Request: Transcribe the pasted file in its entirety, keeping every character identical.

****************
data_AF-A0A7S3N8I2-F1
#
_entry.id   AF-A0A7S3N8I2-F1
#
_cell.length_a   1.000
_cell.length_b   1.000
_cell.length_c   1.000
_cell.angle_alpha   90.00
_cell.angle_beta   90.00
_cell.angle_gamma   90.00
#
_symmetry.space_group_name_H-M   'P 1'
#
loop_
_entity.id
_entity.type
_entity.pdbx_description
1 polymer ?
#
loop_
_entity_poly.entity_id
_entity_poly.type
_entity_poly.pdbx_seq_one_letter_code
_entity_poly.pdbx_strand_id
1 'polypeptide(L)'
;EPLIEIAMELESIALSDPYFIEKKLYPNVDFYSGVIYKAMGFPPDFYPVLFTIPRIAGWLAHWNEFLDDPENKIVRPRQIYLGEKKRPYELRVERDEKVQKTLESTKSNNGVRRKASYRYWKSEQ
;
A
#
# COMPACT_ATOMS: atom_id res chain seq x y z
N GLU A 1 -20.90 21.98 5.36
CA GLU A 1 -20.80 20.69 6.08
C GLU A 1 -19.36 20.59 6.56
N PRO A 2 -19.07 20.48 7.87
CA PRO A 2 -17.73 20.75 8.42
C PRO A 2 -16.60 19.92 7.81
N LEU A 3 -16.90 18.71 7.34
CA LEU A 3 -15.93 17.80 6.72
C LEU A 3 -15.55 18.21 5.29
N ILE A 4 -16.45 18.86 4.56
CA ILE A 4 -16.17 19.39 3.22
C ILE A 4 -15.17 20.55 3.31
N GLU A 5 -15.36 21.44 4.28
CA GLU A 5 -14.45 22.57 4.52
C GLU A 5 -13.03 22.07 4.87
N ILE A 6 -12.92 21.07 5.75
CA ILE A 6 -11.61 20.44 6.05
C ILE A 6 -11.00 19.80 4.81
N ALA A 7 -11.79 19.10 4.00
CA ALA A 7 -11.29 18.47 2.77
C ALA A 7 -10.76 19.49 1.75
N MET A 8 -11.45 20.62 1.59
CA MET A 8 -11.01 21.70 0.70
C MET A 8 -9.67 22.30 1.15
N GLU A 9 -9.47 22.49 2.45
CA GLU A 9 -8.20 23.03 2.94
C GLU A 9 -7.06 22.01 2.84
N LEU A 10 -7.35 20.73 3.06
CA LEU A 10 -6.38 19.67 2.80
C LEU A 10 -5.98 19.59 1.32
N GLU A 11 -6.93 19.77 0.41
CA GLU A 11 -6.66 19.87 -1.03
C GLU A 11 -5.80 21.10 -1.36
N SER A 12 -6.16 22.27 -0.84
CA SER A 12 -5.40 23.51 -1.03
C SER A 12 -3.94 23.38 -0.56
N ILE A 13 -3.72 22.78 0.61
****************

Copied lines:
data_AF-A0A7S3N8I2-F1
#
_entry.id   AF-A0A7S3N8I2-F1
#
_cell.length_a   1.000
_cell.length_b   1.000
_cell.length_c   1.000
_cell.angle_alpha   90.00
_cell.angle_beta   90.00
_cell.angle_gamma   90.00
#
_symmetry.space_group_name_H-M   'P 1'
#
loop_
_entity.id
_entity.type
_entity.pdbx_description
1 polymer ?
#
loop_
_entity_poly.entity_id
_entity_poly.type
_entity_poly.pdbx_seq_one_letter_code
_entity_poly.pdbx_strand_id
1 'polypeptide(L)'
;EPLIEIAMELESIALSDPYFIEKKLYPNVDFYSGVIYKAMGFPPDFYPVLFTIPRIAGWLAHWNEFLDDPENKIVRPRQIYLGEKKRPYELRVERDEKVQKTLESTKSNNGVRRKASYRYWKSEQ
;
A
#
# COMPACT_ATOMS: atom_id res chain seq x y z
N GLU A 1 -20.90 21.98 5.36
CA GLU A 1 -20.80 20.69 6.08
C GLU A 1 -19.36 20.59 6.56
N PRO A 2 -19.07 20.48 7.87
CA PRO A 2 -17.73 20.75 8.42
C PRO A 2 -16.60 19.92 7.81
N LEU A 3 -16.90 18.71 7.34
CA LEU A 3 -15.93 17.80 6.72
C LEU A 3 -15.55 18.21 5.29
N ILE A 4 -16.45 18.86 4.56
CA ILE A 4 -16.17 19.39 3.22
C ILE A 4 -15.17 20.55 3.31
N GLU A 5 -15.36 21.44 4.28
CA GLU A 5 -14.45 22.57 4.52
C GLU A 5 -13.03 22.07 4.87
N ILE A 6 -12.92 21.07 5.75
CA ILE A 6 -11.61 20.44 6.05
C ILE A 6 -11.00 19.80 4.81
N ALA A 7 -11.79 19.10 4.00
CA ALA A 7 -11.29 18.47 2.77
C ALA A 7 -10.76 19.49 1.75
N MET A 8 -11.45 20.62 1.59
CA MET A 8 -11.01 21.70 0.70
C MET A 8 -9.67 22.30 1.15
N GLU A 9 -9.47 22.49 2.45
CA GLU A 9 -8.20 23.03 2.94
C GLU A 9 -7.06 22.01 2.84
N LEU A 10 -7.35 20.73 3.06
CA LEU A 10 -6.38 19.67 2.80
C LEU A 10 -5.98 19.59 1.32
N GLU A 11 -6.93 19.77 0.41
CA GLU A 11 -6.66 19.87 -1.03
C GLU A 11 -5.80 21.10 -1.36
N SER A 12 -6.16 22.27 -0.84
CA SER A 12 -5.40 23.51 -1.03
C SER A 12 -3.94 23.38 -0.56
N ILE A 13 -3.72 22.78 0.61